to contain deposits of alluvial gold . We lose our fair share to the angels, almost a third of every cask has disappeared into the ether before we'r ready to bottle. Mellowed for 12 years in handmade oak casks. This smooth, sweet dram offers rich rewards for those who like to dig deeper. Scottish alchemy: turning water, barley and yeast into liqui                     is simpler when the stream tumbling towards you contains that precious metal. Built on land famous for deposits of gold, our distillery has welcomed travellers to taste its treasure since 1898.                                                                                                             

Scottish alchemy:turning water, barley and yeast into liquid gold is simpler when the stream tumbling towards you contains that precious metal. Built on land famous for deposits of gold, our distillery has welcomed travel-
lers to taste its treasure since 1898.

Just outside the town of Aberfeldy, General Wade's
Bridge stands as a monument to a man so feted in his day that a special verse of the National Anthem was written in his honeur.

Between 1725 and 1737 Wade ensured that English
troops could move easily around the rebellious Highlands by building roads and bridges of which the Tay Bridge at Aberfeldy is the most magnificent by far.
He also raised a local militia that became the
Black Watch Regiment and tried to win over Clan Chiefs whose loyalty lay by the King.

On the other side of Aberfeldy, the handsome distillery built in 1898 by Alexander and Tommy Dewar, collects water as it timbles down the Pitillie Burn on its way to the Tay. This water, which contains traces of gold
is there transformed into the mellow. honeyed golden
dram that bears the town's name. There could be no more fitting monument to their father and our founder, John Dewar.

A thick, almost waxy texture (though not as overt as in DCL days) adds some weight to the mid-palate, allowing long-term maturation. The bulk of the new make is aged in ex-Bourbon casks, but the occasional Sherried release shows that this is a malt which has guts.

John Dewar & Sons was typical of many of the blending firms which were founded in the 19th century. Dewar himself, though born in humble surroundings in a croft at Shenvail, became a wine merchant in Perth and by the middle of the century had started to blend whisky. It was however his sons, John Jr. and Thomas (always known as Tommy), who made the family firm a globally recognised name.

In the 1890s, they decided to go into whisky production and built a distillery at Aberfeldy, only two miles from where their father had been born. The site had originally been a brewery and some distillation had taken place in the early part of the century. Fed by the Pitilie Burn [where gold is still panned] Aberfeldy became the malt at the heart of the firm’s blends. A private railway line linked the plant with the firm’s operational hub in Perth.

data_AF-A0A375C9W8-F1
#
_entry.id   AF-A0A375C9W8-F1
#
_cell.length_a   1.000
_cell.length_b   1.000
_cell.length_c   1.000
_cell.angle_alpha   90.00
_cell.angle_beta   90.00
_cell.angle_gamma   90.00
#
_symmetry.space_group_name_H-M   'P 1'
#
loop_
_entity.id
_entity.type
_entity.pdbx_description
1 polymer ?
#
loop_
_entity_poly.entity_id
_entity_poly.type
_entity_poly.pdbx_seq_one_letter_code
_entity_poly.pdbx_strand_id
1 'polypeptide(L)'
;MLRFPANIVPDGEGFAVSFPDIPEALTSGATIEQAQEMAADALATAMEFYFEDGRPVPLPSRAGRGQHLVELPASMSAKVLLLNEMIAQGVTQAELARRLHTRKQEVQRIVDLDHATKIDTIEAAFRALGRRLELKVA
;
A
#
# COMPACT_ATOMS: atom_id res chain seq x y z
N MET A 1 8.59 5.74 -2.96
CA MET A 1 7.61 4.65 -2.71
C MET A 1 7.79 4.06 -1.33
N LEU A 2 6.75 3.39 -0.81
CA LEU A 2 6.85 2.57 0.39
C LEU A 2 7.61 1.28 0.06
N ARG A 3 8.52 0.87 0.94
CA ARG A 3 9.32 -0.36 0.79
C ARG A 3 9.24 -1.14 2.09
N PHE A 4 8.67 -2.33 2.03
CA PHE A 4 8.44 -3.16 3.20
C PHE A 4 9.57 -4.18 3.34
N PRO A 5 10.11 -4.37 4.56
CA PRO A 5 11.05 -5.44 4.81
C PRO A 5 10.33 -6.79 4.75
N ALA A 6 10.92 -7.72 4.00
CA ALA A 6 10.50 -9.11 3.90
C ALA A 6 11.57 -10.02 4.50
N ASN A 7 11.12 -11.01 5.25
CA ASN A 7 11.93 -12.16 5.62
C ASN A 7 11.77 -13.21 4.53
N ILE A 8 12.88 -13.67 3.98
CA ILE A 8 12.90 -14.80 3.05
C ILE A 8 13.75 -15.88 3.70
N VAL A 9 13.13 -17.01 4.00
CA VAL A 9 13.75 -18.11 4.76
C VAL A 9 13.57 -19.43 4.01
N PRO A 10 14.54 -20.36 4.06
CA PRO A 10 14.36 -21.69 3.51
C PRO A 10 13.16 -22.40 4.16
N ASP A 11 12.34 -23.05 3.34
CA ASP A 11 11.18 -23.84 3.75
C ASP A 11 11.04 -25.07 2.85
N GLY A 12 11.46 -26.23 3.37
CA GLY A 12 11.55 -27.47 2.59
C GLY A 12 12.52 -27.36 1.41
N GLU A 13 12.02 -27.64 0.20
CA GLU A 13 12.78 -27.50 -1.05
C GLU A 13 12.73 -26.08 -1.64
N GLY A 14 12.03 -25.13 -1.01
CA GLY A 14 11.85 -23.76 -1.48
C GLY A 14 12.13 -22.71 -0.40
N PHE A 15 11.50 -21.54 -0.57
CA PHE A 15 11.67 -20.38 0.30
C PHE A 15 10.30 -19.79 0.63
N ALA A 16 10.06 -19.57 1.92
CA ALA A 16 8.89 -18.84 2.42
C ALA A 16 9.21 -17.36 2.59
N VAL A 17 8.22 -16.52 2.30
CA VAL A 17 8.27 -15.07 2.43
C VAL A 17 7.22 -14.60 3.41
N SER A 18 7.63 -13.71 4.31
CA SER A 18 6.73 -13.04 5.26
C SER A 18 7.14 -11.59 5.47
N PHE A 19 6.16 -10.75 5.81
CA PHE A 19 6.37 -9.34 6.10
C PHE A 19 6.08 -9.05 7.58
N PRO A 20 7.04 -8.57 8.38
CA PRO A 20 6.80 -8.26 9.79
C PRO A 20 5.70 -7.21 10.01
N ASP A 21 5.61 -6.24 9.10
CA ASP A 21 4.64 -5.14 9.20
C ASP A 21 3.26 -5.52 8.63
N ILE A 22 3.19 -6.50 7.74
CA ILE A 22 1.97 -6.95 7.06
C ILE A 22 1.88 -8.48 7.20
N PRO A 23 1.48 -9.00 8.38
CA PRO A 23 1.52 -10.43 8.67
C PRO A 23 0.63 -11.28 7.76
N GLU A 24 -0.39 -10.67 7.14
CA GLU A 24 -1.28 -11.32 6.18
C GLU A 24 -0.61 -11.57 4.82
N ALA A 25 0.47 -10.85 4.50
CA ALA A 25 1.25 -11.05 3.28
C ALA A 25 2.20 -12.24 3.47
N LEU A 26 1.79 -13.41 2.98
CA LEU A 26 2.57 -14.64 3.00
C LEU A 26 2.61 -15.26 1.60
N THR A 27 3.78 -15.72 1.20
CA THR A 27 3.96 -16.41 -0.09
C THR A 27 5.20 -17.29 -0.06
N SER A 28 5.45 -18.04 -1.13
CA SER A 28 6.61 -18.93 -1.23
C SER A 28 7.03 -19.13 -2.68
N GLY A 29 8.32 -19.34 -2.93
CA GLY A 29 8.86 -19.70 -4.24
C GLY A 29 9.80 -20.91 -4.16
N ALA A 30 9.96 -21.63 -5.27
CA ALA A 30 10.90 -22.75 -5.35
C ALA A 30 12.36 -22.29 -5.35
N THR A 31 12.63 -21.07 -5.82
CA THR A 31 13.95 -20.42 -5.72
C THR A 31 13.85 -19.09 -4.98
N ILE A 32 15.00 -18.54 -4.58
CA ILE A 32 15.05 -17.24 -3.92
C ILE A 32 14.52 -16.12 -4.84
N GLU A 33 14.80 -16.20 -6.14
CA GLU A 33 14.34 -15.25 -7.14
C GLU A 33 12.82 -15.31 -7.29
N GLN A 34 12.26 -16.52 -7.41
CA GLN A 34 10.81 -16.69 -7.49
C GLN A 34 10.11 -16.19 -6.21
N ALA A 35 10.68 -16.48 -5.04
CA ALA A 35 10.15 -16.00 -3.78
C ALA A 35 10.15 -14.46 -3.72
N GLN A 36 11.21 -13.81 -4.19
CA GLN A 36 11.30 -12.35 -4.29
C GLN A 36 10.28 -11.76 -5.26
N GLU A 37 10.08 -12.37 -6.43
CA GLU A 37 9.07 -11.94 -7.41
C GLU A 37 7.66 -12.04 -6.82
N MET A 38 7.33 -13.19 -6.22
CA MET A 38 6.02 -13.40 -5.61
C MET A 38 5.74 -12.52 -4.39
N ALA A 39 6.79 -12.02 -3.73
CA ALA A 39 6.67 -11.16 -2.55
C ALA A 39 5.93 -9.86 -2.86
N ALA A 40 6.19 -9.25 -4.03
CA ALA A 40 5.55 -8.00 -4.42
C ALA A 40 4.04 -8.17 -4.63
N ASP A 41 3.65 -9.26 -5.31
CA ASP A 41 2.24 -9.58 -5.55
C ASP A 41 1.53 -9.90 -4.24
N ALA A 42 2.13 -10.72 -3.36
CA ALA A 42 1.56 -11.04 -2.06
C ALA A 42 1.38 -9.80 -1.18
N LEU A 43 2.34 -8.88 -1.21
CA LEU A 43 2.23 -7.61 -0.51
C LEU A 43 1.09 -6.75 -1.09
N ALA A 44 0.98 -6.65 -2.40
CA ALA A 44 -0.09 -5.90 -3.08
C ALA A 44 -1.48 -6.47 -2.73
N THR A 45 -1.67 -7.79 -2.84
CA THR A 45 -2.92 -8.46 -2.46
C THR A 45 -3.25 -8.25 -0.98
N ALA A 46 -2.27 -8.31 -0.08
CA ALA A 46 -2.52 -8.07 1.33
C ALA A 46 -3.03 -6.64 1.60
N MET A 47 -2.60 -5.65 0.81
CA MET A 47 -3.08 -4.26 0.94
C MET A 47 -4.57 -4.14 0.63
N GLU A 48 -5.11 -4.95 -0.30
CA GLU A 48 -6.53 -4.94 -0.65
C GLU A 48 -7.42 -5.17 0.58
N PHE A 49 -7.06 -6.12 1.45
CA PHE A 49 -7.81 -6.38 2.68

Dewar’s joined DCL in 1925 and in 1973 the Aberfeldy site doubled in capacity to its present size. It changed ownership in 1998, when the UK Monopolies Board forced the newly formed Diageo to offload one of its brands and attendant capacity. The Dewar’s estate [the blends, plus Aberfeldy, Aultmore, Craigellachie and Royal Brackla] were bought for £1.1bn by Bacardi-Martini.

The new owners invested heavily in a highly impressive educational facility - Dewar’s World of Whisky - which tells the story of the house of Dewar - and blending.

In more recent times, Aberfeldy has been sold in small quantities as single malt and in 2014 was repackaged. A new, permanent, five-strong range is to be created.  

John Dewar & Sons begin construction of the Aberfeldy Distillery just yards from the Pitilie Burn, which has remained the source of its water.
The distillery is forced to close for two years to conserve stocks of barley for food rations at the end of World War One.
The Dewar’s company merged with John Walker & Son and Buchanan’s to join the Distillers’ Company Ltd (DCL).
Aberfeldy is rebuilt to double its production capacity with two new stills.
The distillery was purchased from Diageo by Bacardi Martini
Aberfeldy became a single malt whisky brand in its own right with the launch of Aberfeldy 12 Year Old. Up until this point, all liquid was reserved for the Dewar’s blend.
Dewar’s was given an official home at the distillery with the opening of the Dewar’s World of Whisky visitor’s centre.
John Dewar’s & Sons unveils a new packaging design for Aberfeldy single malt.

Shell and tube
Steam supplied from HFO boiler
Plain malt, zero phenols
2 wash, 2 spirit
8 wooden, 2 steel
Pitilie Burn
Liquid - MS1

1998 - present

John Dewar & Sons

United Distillers
1992 - 1998
Distillers Company Limited
1925 - 1992
James Buchanan & Company
1915 - 1925
John Dewar & Sons
1896 - 1915


Witty, charming, a born salesman and a natural extrovert – Tommy Dewar was the polar opposite of his more serious-minded brother, John. But this most colourful of Scotch whisky characters helped build John Dewar & Sons into the global success it remains to this day.

‘​A teetotaller is one who suffers from thirst, instead of enjoying it.’

In a buccaneering era for blended Scotch whisky, when colourful characters were not thin on the ground, Thomas Robert Dewar, better known as ‘Tommy’, was one of the most vivid.

Born in Perth in 1864, he was the son of John Dewar, from a crofting family in the hamlet of Dull, near Aberfeldy. John had left home to work in his uncle’s wine and spirits business in the city of Perth, ultimately becoming a partner in 1837.

He set up his own business on Perth High Street in 1846, going on to blend and bottle whiskies. His elder son John became a partner in 1879, a year before his father’s death, while younger sibling Tommy joined the family company – renamed John Dewar & Sons Ltd – around 1881, also becoming a partner.

The two brothers could hardly have been more different in character, with the serious and understated John preferring to steer clear of the limelight and oversee operations from Perthshire, while Tommy was a flamboyant charmer and born salesman, with a ready wit and endless style.